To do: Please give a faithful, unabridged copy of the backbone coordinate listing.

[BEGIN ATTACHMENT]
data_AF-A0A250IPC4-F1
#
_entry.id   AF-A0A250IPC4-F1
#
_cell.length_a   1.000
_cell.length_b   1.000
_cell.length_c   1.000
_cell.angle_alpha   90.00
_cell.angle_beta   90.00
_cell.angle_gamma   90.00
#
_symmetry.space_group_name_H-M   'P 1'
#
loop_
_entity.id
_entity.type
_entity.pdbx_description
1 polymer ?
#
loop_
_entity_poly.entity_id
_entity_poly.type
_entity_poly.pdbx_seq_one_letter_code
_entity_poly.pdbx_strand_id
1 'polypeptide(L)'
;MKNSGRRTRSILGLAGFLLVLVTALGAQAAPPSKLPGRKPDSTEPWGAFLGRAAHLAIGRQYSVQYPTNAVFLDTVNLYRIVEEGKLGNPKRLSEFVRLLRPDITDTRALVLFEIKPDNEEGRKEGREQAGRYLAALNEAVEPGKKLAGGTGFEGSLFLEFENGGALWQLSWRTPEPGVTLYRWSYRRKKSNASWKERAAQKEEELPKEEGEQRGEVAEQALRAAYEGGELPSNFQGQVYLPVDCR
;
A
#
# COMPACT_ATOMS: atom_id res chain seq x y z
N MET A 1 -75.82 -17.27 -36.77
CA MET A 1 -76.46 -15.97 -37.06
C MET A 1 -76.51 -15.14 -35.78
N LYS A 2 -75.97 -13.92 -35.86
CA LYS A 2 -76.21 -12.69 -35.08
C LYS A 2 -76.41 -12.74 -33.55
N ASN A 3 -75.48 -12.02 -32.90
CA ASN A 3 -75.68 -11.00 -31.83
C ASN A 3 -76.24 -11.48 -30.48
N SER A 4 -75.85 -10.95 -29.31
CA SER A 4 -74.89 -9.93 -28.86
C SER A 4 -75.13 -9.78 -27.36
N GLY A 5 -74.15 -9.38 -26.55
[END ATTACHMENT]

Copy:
data_AF-A0A250IPC4-F1
#
_entry.id   AF-A0A250IPC4-F1
#
_cell.length_a   1.000
_cell.length_b   1.000
_cell.length_c   1.000
_cell.angle_alpha   90.00
_cell.angle_beta   90.00
_cell.angle_gamma   90.00
#
_symmetry.space_group_name_H-M   'P 1'
#
loop_
_entity.id
_entity.type
_entity.pdbx_description
1 polymer ?
#
loop_
_entity_poly.entity_id
_entity_poly.type
_entity_poly.pdbx_seq_one_letter_code
_entity_poly.pdbx_strand_id
1 'polypeptide(L)'
;MKNSGRRTRSILGLAGFLLVLVTALGAQAAPPSKLPGRKPDSTEPWGAFLGRAAHLAIGRQYSVQYPTNAVFLDTVNLYRIVEEGKLGNPKRLSEFVRLLRPDITDTRALVLFEIKPDNEEGRKEGREQAGRYLAALNEAVEPGKKLAGGTGFEGSLFLEFENGGALWQLSWRTPEPGVTLYRWSYRRKKSNASWKERAAQKEEELPKEEGEQRGEVAEQALRAAYEGGELPSNFQGQVYLPVDCR
;
A
#
# COMPACT_ATOMS: atom_id res chain seq x y z
N MET A 1 -75.82 -17.27 -36.77
CA MET A 1 -76.46 -15.97 -37.06
C MET A 1 -76.51 -15.14 -35.78
N LYS A 2 -75.97 -13.92 -35.86
CA LYS A 2 -76.21 -12.69 -35.08
C LYS A 2 -76.41 -12.74 -33.55
N ASN A 3 -75.48 -12.02 -32.90
CA ASN A 3 -75.68 -11.00 -31.83
C ASN A 3 -76.24 -11.48 -30.48
N SER A 4 -75.85 -10.95 -29.31
CA SER A 4 -74.89 -9.93 -28.86
C SER A 4 -75.13 -9.78 -27.36
N GLY A 5 -74.15 -9.38 -26.55